A 20-year-old student’s warning about low-quality eyelash extensions has gone viral after the U.K.-based woman claimed a reaction to the glue her salon used caused her to temporarily lose sight in her eye. Megan Rixson, who posted a video of swollen and tearing eyes on Twitter, said that her eyes are still recovering, and that they’re still very sensitive and sore more than a week after the fiasco.
“Girls be very very careful where you get your eyelashes done!!” she tweeted on Oct. 19. “I got my individuals done today somewhere new and it turns out they used nail glue on my lashes. I genuinely lost my sight for 2 hours. Thankfully the swelling has gone down, but there [SIC] still very sore. Be careful.”
Her tweet generated thousands of responses, with some users sharing their own tragic experiences.
“Once I got mine done and the glue burned my eyes and the side of my skin. The lashes didn’t even last a week!!!! It’s so scary to have something happen with your eyes!” one Twitter user wrote.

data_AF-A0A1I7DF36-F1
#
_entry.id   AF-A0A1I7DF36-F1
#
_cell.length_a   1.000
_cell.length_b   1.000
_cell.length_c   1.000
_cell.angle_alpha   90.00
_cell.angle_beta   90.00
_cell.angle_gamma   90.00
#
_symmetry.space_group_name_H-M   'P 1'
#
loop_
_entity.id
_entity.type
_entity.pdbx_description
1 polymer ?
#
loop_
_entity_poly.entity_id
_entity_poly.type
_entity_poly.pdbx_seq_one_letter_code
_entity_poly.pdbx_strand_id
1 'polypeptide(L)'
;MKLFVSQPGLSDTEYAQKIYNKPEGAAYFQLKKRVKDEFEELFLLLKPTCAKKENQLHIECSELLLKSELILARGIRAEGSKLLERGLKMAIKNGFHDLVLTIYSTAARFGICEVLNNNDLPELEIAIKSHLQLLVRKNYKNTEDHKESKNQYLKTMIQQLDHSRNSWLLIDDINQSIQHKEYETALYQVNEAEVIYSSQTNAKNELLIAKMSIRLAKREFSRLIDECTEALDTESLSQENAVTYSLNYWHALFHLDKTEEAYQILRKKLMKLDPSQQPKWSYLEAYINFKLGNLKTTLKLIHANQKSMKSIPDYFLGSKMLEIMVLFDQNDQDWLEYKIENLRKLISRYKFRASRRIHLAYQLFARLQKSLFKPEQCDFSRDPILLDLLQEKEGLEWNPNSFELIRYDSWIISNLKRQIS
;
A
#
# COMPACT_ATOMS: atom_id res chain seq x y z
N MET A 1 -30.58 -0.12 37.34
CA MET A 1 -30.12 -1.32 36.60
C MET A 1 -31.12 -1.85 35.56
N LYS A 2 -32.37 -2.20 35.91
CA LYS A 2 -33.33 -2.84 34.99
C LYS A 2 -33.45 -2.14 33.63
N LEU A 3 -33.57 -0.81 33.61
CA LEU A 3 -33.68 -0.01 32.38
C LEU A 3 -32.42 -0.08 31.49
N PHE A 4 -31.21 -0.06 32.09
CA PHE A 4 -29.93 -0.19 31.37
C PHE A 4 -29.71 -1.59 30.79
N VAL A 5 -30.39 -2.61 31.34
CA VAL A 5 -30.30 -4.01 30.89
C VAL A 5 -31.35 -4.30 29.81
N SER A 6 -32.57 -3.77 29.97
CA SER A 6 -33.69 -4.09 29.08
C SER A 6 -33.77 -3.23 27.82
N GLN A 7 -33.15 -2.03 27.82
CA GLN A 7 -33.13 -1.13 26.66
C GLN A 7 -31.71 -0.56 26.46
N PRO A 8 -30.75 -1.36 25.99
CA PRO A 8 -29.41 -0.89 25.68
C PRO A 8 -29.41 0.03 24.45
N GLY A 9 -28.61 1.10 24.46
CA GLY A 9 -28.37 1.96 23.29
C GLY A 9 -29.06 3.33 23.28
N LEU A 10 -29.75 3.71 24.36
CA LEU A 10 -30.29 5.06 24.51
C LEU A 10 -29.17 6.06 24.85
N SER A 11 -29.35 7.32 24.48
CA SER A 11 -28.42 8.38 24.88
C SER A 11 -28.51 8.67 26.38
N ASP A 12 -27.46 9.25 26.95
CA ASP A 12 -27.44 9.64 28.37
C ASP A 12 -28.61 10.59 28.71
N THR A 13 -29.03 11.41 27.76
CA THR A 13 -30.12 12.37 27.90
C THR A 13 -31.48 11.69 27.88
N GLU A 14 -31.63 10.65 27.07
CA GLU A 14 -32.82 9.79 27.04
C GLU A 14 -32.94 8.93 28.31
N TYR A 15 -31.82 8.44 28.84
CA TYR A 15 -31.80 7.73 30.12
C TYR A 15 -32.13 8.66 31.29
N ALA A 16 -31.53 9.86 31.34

Another posted photos of her own painful experience and said Rixson’s video gave her PTSD. A commenter who said she was a lash technician said seeing her post was “beyond upsetting” and that it “should never happen.”
According to the American Academy of Ophthalmology, there are three types of eyelash extensions, identified as synthetic, silk and mink. They are typically applied in a salon-type setting by a technician using tweezers and a special, semi-permanent glue. The AAO said the eyes should remain shut during the process, and that the lashes typically last about three to four weeks.
Risks associated with the procedure include trauma to or infection of the eyelid or cornea, allergic reaction to the glue, and permanent or temporary loss of eyelashes. A spokesperson for AAO said that inadequate hygiene in the shop can add to these risks, and that allergic reactions to the glue may trigger pain, itching, redness and swelling, and could temporarily interfere with vision.
Rixson told Buzzfeed News that she felt the pain immediately after the technician began applying the lashes, but that “she kept telling me to hold them open. After she was done I sat up on the bed and couldn’t open them. I said ‘This isn’t normal,’ but she kept saying it was.”
She said she visited a walk-in health clinic and was given eye drops and eyewash.
“My first bit of advice would be, make sure you always carry out a glue test,” Rixson told Buzzfeed News. “And second of all, ask the beautician what glue they use, ask to see it.”